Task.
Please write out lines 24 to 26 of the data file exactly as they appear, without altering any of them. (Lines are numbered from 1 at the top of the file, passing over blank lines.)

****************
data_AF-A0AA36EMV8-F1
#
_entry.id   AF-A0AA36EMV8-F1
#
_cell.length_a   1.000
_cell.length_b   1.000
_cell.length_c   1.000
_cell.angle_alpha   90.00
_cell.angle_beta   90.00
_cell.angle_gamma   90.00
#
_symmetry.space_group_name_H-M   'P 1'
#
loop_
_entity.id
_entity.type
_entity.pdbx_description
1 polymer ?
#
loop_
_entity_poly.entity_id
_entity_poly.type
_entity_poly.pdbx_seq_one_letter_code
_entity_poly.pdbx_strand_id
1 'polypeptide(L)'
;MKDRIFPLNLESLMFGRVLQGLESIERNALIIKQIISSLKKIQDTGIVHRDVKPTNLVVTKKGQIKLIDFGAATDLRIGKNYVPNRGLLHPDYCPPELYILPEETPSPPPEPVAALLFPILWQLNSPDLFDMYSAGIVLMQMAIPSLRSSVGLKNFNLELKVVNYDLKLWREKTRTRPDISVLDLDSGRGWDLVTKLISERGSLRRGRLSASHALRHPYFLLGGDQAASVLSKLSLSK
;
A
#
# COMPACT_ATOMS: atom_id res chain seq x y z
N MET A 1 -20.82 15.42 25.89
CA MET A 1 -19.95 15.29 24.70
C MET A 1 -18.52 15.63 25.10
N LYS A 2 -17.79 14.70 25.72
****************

_entity_poly.pdbx_strand_id
1 'polypeptide(L)'
;MKDRIFPLNLESLMFGRVLQGLESIERNALIIKQIISSLKKIQDTGIVHRDVKPTNLVVTKKGQIKLIDFGAATDLRIGKNYVPNRGLLHPDYCPPELYILPEETPSPPPEPVAALLFPILWQLNSPDLFDMYSAGIVLMQMAIPSLRSSVGLKNFNLELKVVNYDLKLWREKTRTRPDISVLDLDSGRGWDLVTKLISERGSLRRGRLSASHALRHPYFLLGGDQAASVLSKLSLSK